A heroic skydiver plunged to his death after saving the life of a student whose equipment failed during a training exercise. Carl Marsh, 46, died at the scene from multiple injuries sustained in the fall.
Mr Marsh came to aid of Dominic Leeds after his equipment snapped during a training day for a tandem skydive. He was able to release the reserve parachute but then became tangled in the primary chute.
Mr Marsh was able to cut himself free, but it is believed he then lost consciousness as his own chute sent him spiralling to the ground. He died at the scene with his teenage son Craig at his side.
"He was the best dad I could have had – he did everything for me," Craig Marsh, 19, said at an inquest. "He was always looking out for others and always put other people first before himself."
The incident took place at the Black Knights Parachute Centre in Cockerham, near Lancaster on 29 April, 2017 following a jump from 8,000 feet in a Cessna Caravan aircraft.
"I didn't immediately execute my emergency procedures because I was worried that Carl was very close or behind me," Mr Leeds said. "I said to him: 'Mate, my brake line has broken' and I remember him replying to me: 'Okay buddy, don't worry.'
"We were coming through the clouds at this point and he said: 'Don't worry I'll come and dock on your canopy and we will go down together'."
The pair jumped so Mr Marsh - who performed 1,150 jumps around the world - could teach Mr Leeds - who had jumped 400 times - a manoeuvre in which jumpers fly in close proximity then attach themselves to another jumper and their own chute in a 'stack'.
The move is called a 'canopy formation'.
"I should have told him we will go down side to side – at this point we had plenty of time to fly down safely before having to deploy my reserve parachute.
"We achieved the dock and we went through the cloud. As we came through the cloud Carl started to steer us back towards the main landing area. We had good communications at this point. I saw two parachutes down below me so I said: 'Can we wait a second whilst they separate' and Carl turned us in a different direction.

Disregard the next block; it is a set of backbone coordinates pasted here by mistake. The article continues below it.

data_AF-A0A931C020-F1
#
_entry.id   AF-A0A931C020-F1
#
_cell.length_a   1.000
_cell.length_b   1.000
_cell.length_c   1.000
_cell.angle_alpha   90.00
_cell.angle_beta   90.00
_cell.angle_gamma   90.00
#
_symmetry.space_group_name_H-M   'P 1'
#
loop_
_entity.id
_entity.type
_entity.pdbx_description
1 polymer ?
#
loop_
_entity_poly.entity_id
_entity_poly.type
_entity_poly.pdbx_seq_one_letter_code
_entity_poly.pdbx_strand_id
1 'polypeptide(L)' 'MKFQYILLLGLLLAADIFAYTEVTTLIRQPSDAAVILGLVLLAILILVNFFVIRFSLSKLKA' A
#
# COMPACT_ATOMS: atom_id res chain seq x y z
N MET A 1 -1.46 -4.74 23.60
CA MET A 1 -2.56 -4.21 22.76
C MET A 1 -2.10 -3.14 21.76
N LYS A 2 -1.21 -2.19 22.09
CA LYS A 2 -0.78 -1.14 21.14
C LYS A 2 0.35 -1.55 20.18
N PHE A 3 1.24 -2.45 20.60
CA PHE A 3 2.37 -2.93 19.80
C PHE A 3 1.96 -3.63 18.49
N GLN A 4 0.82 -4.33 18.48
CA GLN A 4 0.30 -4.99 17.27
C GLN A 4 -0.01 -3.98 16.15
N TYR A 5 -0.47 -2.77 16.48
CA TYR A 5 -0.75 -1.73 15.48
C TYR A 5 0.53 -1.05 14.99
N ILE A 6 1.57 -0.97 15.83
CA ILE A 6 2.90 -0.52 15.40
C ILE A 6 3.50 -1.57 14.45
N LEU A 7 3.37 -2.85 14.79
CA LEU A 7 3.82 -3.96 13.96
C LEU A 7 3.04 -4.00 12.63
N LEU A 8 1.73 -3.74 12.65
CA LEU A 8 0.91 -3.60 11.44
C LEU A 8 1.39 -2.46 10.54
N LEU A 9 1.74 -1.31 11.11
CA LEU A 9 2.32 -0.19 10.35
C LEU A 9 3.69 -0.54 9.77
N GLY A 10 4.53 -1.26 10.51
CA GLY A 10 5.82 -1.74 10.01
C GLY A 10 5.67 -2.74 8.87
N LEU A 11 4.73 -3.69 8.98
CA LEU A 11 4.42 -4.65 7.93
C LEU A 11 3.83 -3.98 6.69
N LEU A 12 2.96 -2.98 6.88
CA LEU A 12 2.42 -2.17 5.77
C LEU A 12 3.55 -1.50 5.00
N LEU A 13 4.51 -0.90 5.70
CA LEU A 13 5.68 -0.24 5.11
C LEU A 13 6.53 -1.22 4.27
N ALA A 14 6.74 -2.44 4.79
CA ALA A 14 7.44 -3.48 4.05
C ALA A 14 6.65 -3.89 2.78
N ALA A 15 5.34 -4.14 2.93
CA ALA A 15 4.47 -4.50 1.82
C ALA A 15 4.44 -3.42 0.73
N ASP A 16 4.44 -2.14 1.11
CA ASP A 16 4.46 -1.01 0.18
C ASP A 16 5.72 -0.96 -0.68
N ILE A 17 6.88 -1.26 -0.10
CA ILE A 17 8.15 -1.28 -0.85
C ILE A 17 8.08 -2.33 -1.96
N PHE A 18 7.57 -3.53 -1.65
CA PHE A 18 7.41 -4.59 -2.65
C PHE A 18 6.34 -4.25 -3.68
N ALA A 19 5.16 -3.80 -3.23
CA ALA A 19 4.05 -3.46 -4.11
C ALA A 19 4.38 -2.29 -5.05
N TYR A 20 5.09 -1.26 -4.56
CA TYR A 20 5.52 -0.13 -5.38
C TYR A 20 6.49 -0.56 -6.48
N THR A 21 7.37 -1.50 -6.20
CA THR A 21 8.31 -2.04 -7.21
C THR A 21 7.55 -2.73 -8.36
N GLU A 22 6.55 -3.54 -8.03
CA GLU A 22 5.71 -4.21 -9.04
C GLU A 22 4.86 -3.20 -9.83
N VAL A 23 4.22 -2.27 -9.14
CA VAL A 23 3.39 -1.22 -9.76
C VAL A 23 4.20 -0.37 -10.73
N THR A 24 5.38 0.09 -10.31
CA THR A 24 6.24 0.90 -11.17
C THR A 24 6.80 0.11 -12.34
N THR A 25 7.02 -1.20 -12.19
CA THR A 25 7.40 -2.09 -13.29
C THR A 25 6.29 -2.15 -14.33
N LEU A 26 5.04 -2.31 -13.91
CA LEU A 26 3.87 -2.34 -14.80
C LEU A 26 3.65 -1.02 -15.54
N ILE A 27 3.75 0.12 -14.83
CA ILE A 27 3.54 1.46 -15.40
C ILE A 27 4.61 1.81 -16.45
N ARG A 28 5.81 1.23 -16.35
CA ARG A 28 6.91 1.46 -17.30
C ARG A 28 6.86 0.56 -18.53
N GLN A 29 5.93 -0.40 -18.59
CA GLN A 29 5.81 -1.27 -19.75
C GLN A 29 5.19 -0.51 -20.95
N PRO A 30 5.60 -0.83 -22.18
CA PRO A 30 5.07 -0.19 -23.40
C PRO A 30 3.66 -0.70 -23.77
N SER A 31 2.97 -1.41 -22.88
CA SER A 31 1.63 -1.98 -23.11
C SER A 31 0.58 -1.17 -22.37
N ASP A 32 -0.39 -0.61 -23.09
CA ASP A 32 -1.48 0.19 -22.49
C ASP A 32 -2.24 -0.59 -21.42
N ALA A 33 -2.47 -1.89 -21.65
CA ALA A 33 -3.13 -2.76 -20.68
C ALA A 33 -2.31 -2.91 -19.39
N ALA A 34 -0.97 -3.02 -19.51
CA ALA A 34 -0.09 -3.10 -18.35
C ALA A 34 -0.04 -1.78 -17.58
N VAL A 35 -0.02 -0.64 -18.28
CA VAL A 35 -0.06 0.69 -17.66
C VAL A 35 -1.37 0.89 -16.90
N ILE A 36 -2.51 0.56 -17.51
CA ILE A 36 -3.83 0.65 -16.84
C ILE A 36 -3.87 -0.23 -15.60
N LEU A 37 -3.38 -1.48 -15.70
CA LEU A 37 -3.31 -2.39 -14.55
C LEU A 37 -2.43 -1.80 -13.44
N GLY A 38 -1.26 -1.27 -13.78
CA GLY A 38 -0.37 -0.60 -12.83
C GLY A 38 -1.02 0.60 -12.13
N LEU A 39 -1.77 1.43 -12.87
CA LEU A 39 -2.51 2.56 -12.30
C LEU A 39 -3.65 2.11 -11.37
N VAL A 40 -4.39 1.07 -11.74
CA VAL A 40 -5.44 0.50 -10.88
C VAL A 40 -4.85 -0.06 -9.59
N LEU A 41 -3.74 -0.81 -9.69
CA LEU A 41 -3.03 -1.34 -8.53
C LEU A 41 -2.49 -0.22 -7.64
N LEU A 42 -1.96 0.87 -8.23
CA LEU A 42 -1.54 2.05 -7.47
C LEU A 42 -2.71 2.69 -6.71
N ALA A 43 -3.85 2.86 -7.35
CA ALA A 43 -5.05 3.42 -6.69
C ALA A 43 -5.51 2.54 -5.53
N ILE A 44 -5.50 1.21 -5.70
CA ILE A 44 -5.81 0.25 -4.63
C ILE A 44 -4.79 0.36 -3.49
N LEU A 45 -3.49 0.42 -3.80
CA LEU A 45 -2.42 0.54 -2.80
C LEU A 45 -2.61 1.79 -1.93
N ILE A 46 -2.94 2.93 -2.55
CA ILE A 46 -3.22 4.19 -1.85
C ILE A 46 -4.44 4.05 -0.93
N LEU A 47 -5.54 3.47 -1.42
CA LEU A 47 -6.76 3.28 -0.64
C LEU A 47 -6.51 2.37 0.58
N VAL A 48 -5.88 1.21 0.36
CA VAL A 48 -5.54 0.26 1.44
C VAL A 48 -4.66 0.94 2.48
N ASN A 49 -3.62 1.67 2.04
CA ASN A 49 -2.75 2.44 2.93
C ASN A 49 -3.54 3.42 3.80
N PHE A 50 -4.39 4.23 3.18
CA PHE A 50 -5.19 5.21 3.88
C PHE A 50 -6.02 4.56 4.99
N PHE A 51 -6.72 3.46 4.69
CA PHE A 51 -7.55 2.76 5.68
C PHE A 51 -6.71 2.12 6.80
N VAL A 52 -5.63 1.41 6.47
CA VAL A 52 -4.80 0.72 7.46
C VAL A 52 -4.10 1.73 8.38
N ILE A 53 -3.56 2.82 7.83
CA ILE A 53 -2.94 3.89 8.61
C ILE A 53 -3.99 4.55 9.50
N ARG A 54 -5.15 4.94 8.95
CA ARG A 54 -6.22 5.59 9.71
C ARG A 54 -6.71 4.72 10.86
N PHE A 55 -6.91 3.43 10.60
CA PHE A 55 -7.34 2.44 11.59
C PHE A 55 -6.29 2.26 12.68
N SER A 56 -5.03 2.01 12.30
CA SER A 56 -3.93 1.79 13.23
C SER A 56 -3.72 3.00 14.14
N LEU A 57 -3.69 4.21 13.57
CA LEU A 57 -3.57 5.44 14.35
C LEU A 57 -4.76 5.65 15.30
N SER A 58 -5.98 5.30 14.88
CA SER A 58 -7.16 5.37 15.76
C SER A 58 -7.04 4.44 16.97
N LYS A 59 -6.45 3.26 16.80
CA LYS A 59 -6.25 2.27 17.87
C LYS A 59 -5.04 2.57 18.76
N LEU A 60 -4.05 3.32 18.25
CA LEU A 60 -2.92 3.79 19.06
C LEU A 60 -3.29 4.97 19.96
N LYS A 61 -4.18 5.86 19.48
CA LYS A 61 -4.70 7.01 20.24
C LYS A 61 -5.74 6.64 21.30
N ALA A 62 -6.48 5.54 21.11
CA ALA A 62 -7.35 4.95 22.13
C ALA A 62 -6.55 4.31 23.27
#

"At this point Carl was telling me I needed to break off. I remember having a huge surge of adrenaline as the reality and fear of what was happening set in. Carl said: 'Come on buddy you need to cut away,' and he said this as an instruction.
I pulled out the red lever and released my canopy and fell away from him. I went into free fall and then deployed my reserve parachute. As I cut free, my primary parachute became wrapped around Carl's legs. I had so much adrenaline at this point I couldn't tell whether he said anything else to me but I don't remember him saying anything. I looked back to see that Carl was spiralling with my canopy on the bottom of his legs."
Coroner James Newman said: "This is a hazardous sport and Carl deliberately put himself in harm's way to help his student. Carl Marsh attempted to assist, putting himself at risk and subsequently became entangled in a primary parachute that had been released leading to the involvement of a catastrophic spin.
"This resulted in unconsciousness and Carl was therefore unable to recover the spin and suffered catastrophic and fatal injuries passing away at the scene. It is a testament to his character that he stepped in to help, in doing so he put himself in danger."
In a statement, Mr Marsh's family said: "Carl had a big personality and a positive outlook on life. He was full of jokes and laughter and always had a huge smile on his face. He loved nothing more than to have a laugh and joke with us all and never failed to bring a bright light into our lives. His enormous heart was big enough for every one of us and he loved life to the full."